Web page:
Kollam tragedy aftermath: Tackle firecrackers head on, ban them or make them expensive

The empty canisters of the spent firecrackers were hideously large, almost the size in which Mumbai's famed dabbawalas carry food to offices. They were tied together, each a bunch of some 10-odd. Must have been fearsome in awe, and as it turned out in Kerala, lethal. A TV channel called them "industrial grade" firecrackers, which quite doesn't explain it.

They are the kind we don't get to see ever; to most of us, it must have been a first-time exposure. We don't know as yet if they are locally custom-made for the temple or in the firecrackers hub of India, Sivakasi. Or if they came from China. That setting off firecrackers to attract devotees - that is odd since the pious would need no such draw - is routine means an industry of sorts is dealing in them.

A view of a damaged building after the Kollam fire. PTI

A view of a damaged building after the Kollam fire. PTI

Despite the ghastly event at the temple near Kollam, the Kerala Dewasom Board has refused to ban such or any firecrackers at any of the over 1,200 temples it controls. The Times of India reports that preparations are on for use of 4,000 kg - that is four tonnes - of fireworks at Thrissur Pooram which draws nearly 5 lakh devotees. Authorities had cleared it for the 17 April event but they could be having second thoughts about the decision now.

Despite firecrackers getting increasingly expensive every year, in India we have a casual attitude about the use of firecrackers, and safety be damned. They are let off on the roadsides on Diwali, and on other celebratory occasions, right on the road, ahead of a groom on a mare or a politician who has won a seat. Policemen may be accompanying the latter procession, but it is all chalta hai.

Instead of banning them at specific areas and time, we should take the issue of firecrackers head on and ban it at all times and everywhere. In short, ban the industry or make it prohibitively expensive as is done with cigarettes which are loaded with the sin-tax. That is, price it out of reach. Since firecracker industry is smaller than cigarettes, their lobby, hopefully, will be weaker.

The size estimates vary, depending on whom you hear or read. It varies from Rs 3,000 crore to 6,000 crore according to the various business newspapers, each of the estimates coming up at different times. If reckoned with inflation it is big but not huge, and half a million families are tied up with the industry which once had the notoriety of employing child labour. They could have moved from factories to home-based manufacturing on a small scale.

Yes, cigarettes are sold as single sticks though banned, and the deadly tobacco-carrying pan masalas also known as gutka is relatively freely available. Authorities may deny this brazen defiance of the law but a firecracker is more visible and audible. There has been no audit yet of the carbon emissions as well as other poisonous fumes that emanate from the firecracker set off. School children pledge not to use them, but it is not as widely honoured.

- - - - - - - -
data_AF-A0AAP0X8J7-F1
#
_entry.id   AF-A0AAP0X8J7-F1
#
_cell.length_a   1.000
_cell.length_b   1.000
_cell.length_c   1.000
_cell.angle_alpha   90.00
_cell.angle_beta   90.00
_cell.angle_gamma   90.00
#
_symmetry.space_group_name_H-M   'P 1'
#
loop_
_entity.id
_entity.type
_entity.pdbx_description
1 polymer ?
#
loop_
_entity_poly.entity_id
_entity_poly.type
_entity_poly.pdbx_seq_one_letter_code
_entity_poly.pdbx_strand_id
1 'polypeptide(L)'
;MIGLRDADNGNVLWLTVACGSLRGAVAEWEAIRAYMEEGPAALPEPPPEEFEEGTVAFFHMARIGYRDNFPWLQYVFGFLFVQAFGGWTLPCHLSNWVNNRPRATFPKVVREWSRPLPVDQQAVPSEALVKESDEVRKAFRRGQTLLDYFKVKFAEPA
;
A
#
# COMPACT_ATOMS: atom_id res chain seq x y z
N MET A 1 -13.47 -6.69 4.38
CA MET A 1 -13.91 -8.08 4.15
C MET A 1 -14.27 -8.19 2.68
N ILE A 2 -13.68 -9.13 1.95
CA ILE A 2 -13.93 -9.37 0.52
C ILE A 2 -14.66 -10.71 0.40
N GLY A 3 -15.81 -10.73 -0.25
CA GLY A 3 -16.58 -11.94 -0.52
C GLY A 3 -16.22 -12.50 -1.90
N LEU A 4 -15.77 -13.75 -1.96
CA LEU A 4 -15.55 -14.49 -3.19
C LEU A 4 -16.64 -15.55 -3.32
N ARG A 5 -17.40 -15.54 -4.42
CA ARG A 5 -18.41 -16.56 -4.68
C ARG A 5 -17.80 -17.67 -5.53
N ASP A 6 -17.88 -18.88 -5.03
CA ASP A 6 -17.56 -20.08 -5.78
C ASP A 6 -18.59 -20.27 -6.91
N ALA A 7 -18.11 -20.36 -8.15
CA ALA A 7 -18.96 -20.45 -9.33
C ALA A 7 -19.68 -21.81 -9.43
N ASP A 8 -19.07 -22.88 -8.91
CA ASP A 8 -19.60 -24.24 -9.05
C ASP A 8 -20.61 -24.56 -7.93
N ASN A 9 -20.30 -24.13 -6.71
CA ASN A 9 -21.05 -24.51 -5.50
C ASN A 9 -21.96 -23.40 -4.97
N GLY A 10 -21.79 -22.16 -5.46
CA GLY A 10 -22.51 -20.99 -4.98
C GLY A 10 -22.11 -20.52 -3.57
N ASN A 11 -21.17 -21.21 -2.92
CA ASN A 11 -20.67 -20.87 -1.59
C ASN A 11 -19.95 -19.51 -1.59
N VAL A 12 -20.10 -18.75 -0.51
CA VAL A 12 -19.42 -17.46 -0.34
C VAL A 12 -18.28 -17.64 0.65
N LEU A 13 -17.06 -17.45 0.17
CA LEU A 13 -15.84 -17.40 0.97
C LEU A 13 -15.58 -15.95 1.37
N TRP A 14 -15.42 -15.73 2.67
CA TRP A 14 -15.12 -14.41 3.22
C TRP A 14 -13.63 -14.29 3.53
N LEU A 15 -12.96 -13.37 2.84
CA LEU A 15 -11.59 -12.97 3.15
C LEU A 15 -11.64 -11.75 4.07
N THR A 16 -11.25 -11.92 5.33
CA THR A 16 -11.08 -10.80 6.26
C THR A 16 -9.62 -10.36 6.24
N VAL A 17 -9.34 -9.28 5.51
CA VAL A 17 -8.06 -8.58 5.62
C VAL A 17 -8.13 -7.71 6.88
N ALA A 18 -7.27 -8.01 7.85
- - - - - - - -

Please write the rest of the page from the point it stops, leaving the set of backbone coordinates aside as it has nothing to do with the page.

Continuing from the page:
The manufacture as well as the products are both unsafe. And unlike many others, it in an industry that is hazardous in every way at many levels – from manufacture to storage, resulting in abundant risk to users. There are many instances of fireworks factories going up in smoke, taking human lives with them, as in one single instance in 2012 in Sivakasi when 40 were killed and several more injured. Thirteen had died in 2012 in Kakinada, injuring others. This shows how accident-prone the industry is, apart from other aspects listed earlier.

The BBC ha quoted a chief medical officer of a Sivakasi hospital after the major explosion thus: "In the last 12 months, before this accident, 22 workers lost their lives and 50 were injured." It wrote on its website, "But those who work in the industry carry painful scars - a broken leg or skull, or a hand burnt by explosives, and many here complain of chronic respiratory problems."

Scroll had reported in 2012, "Each year, according to estimates of the Petroleum and Explosives Safety Organisation, the government organisation that monitors the industry, an average of 25 workers die in accidents ? the majority of them in the fireworks powerhouse of Sivakasi in Tamil Nadu, where 90% of India's crackers are manufactured." It may no longer be having that large a slice anymore but it is a major production hub. Illegal imports from China is whittling it down.

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Updated Date: Apr 13, 2016 07:39:08 IST

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